Friday, November 4, 2016


This column first appeared in the November 2016 edition of GreeneSPEAK! 

Like most small towns in the late 19th and early 20th centuries, Waynesburg’s garment trade was dominated by successful Jewish merchants who with their families were respected members of the community in business, civic and social circles. 

The Grossman Brothers "Gent's Furnishings Department," 1907

The story of Isaac and Lee Grossman—“the Grossman Brothers”—is typical of many Jews who came from Eastern Europe seeking economic opportunity and escape from religious oppression. The brothers were born in Posen, Germany, an area that was historically Polish but controlled by Prussia from 1798-1918. 

They arrived early in the massive migration of Jewish families to the United States. Large enclaves established themselves in trade in the commercial, industrial and cultural centers of the North East: first New York, then Philadelphia, Boston, Baltimore, and Chicago in the Midwest. Although the Jewish merchants of Waynesburg lived and worked in a small town in southwestern Pennsylvania, they procured their goods, and later meet their wives, in these cities.

When Issac Grossman died in 1925, he was remembered as "one of Waynesburg's leading citizens, interested in the welfare of the community and generous in his support of charitable causes."

Isaac Grossman arrived first, in 1877, at the age of 18. It’s not known why he chose Greene County, but within four weeks of stepping off the boat, he was in Waynesburg peddling goods by foot. Within three years, he had purchased a horse and wagon, allowing him to sell throughout the county. Two years later--in 1882—younger brother Lee arrived and began selling by foot. Within a year, he too had his own horse and wagon.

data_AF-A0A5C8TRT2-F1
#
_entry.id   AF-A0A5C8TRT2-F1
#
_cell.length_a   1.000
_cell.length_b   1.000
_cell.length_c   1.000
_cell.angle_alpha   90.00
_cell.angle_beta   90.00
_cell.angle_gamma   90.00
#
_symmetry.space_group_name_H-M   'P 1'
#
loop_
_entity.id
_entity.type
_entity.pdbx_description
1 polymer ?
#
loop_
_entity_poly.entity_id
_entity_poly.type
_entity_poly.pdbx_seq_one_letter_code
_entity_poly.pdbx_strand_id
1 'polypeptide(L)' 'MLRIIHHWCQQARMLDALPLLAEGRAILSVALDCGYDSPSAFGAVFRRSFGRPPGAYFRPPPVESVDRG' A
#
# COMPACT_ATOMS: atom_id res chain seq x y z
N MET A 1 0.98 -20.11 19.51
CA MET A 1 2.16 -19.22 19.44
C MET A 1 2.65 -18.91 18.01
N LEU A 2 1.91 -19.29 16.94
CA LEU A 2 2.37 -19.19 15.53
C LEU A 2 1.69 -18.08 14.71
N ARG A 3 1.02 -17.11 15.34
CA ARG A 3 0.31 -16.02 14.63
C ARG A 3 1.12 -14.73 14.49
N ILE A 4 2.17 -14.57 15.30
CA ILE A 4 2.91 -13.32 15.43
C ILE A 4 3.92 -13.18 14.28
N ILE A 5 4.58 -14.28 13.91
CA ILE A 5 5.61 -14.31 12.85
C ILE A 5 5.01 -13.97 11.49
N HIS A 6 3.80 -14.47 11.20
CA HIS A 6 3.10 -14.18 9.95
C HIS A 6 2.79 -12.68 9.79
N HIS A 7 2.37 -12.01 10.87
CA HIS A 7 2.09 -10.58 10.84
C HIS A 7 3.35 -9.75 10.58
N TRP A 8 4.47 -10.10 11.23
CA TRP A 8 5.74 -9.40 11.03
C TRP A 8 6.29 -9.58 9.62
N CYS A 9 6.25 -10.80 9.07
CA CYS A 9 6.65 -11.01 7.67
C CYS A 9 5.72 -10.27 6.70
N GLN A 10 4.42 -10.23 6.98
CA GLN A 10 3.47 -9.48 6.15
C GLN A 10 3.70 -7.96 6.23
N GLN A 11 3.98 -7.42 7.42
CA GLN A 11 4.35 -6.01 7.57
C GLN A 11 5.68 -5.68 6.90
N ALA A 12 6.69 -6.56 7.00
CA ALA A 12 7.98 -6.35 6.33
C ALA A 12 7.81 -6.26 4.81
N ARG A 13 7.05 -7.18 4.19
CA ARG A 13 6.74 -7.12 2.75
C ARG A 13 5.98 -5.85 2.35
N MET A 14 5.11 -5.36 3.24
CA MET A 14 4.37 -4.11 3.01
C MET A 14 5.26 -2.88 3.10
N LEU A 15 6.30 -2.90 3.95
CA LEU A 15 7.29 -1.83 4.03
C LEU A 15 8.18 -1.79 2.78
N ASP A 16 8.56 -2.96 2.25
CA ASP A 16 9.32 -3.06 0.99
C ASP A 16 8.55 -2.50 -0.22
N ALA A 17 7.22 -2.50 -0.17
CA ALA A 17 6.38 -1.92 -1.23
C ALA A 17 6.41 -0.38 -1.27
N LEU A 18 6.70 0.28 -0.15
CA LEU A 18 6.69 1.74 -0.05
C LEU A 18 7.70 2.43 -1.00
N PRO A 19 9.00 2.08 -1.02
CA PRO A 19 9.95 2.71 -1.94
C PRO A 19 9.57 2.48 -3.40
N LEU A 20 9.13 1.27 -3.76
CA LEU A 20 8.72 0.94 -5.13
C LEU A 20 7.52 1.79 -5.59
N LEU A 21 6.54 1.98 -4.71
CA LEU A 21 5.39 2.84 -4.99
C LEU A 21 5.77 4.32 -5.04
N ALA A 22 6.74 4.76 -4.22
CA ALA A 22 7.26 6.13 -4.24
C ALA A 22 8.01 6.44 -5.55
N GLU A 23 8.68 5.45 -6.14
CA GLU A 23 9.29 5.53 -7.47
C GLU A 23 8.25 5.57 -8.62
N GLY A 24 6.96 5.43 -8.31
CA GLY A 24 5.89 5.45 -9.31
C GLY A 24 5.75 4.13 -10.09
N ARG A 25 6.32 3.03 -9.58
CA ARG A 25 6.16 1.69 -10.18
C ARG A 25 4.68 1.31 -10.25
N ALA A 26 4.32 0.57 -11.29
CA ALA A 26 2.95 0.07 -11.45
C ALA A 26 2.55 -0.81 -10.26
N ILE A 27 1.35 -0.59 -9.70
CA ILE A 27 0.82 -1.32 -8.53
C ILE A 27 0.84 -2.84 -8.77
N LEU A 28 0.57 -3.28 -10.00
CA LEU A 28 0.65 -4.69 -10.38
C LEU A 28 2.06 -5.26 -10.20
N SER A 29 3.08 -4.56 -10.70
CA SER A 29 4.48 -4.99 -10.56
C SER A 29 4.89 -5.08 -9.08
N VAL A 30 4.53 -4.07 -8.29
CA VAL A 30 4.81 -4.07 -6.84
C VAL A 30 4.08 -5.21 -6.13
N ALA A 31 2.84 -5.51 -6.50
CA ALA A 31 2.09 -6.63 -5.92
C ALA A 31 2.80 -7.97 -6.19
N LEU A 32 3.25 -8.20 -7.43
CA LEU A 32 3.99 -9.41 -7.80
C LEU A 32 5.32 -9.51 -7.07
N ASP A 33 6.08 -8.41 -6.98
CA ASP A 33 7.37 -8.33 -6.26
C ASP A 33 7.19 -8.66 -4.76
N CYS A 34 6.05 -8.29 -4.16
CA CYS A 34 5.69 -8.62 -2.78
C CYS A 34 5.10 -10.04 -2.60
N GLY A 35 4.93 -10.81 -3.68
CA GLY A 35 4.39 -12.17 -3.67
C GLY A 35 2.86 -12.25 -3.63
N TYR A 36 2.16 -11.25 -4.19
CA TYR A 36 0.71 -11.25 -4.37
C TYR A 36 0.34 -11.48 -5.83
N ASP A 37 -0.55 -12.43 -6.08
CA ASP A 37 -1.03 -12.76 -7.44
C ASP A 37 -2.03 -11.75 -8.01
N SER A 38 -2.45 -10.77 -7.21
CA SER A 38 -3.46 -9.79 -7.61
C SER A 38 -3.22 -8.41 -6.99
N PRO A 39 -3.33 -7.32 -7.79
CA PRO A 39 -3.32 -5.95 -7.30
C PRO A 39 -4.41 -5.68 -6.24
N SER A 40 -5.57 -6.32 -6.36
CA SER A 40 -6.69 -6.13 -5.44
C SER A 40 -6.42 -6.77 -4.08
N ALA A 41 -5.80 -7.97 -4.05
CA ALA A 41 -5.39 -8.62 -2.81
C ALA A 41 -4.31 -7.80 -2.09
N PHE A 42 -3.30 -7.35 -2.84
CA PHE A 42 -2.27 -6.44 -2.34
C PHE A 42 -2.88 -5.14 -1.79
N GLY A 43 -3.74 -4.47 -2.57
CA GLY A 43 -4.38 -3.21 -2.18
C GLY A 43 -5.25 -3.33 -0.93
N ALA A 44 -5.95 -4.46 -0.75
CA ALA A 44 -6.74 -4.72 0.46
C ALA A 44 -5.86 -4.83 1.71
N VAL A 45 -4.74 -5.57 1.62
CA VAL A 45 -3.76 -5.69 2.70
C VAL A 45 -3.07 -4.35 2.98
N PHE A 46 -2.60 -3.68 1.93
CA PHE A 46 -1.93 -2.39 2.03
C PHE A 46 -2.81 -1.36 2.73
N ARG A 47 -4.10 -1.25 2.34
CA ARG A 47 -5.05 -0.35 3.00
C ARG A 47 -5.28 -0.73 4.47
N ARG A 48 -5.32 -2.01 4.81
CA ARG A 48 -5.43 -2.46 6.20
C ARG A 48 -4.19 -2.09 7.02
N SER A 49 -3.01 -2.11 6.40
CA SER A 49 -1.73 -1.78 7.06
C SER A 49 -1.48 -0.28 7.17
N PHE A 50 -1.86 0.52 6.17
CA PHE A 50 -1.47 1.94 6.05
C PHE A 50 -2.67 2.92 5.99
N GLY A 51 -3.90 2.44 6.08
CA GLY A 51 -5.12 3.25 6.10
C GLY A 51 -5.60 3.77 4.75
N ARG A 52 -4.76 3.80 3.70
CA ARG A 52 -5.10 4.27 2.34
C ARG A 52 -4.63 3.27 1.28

Lee Grossman managed the women's wear and dry goods departments while Isaac was in charge of men's clothing.  Lee survived his brother by many decades, dying in 1953 at the age of 92.

In 1885, the Grossman Brothers opened their first store on High Street, a business that grew into Waynesburg’s first department store. For many years, they were among the town’s most prominent merchants.

In 1903, they built the 4-story Grossman Building next door to the Downey House Hotel. Its modern design was the “talk of the town” with Waynesburg’s first elevator and first use of glass sidewalk panels that emitted sunlight into the basement. The department store occupied three floors, including the basement. Above were two floors of offices. Customers entered through an elegant lobby with marble wainscoting and a marble staircase with brass rail.   

In 1907, Grossman Brothers was described as the largest business in Dry Goods, Carpets, Clothing, Gent’s Furnishing Goods and Ladies’ Suits ever carried on in Greene County. Ten clerks and assistants waited on customers. 

The photo caption in Waynesburg Prosperous and Beautiful (1907) boasted: “This store is to Greene County what Wanamaker’s is to Philadelphia, what Marshall Field’s is to Chicago and what A. T. Stewart’s once was to New York City.”  

Tragically, the building and business were destroyed in the Downey House Fire of December 1925. One month earlier, Isaac had died in a Philadelphia hospital. Lee sold the site to local businessmen who erected the Commercial Building, now known as the Ben Franklin Building, and retired to Danbury, CN.

At the same time, Barney Grossman’s clothing store was half a block away at the corner of High and Washington Streets. 

Although seemingly unrelated to Isaac and Lee, Barney Grossman was another well-known merchant in Waynesburg of about the same era, ca. 1896-1906. He owned the first automobile in town and lived in a big new house, just like the Isaac and Lee. Advertising first as “Barney Grossman’s Bargain Store” and a few years later as “King Clothier,” his store occupied the prominent corner where Mickey’s is located today. 

Barney and Minnie Grossman built this yellow brick house at the corner of South Morris and West Lincoln Streets.

Barney had emigrated from Poland in 1892. His father and brothers were also in the “rag trade” in Pittsburgh and Brooklyn, NY. Unfortunately, Barney was a large creditor of Farmer’s & Drovers Bank. When it failed in late 1906, federal officials forced closure of his stores in Waynesburg, Washington and Cameron, WV.  Selling the Cameron branch to his brother Minor, he moved to Washington, PA, then Brooklyn, NY, where he died in 1915 at the age of 47.

In 1906, Isaac Grossman sold this house on East High Street, across from St. Ann Church, to A. P. Smith.

Next month, read about other early Jewish merchants: Harrison & Cohen, R. H. Goldberg and A. Levino.

All photos are from the second edition of Waynesburg Prosperous and Beautiful by Fred High, ca. 1907.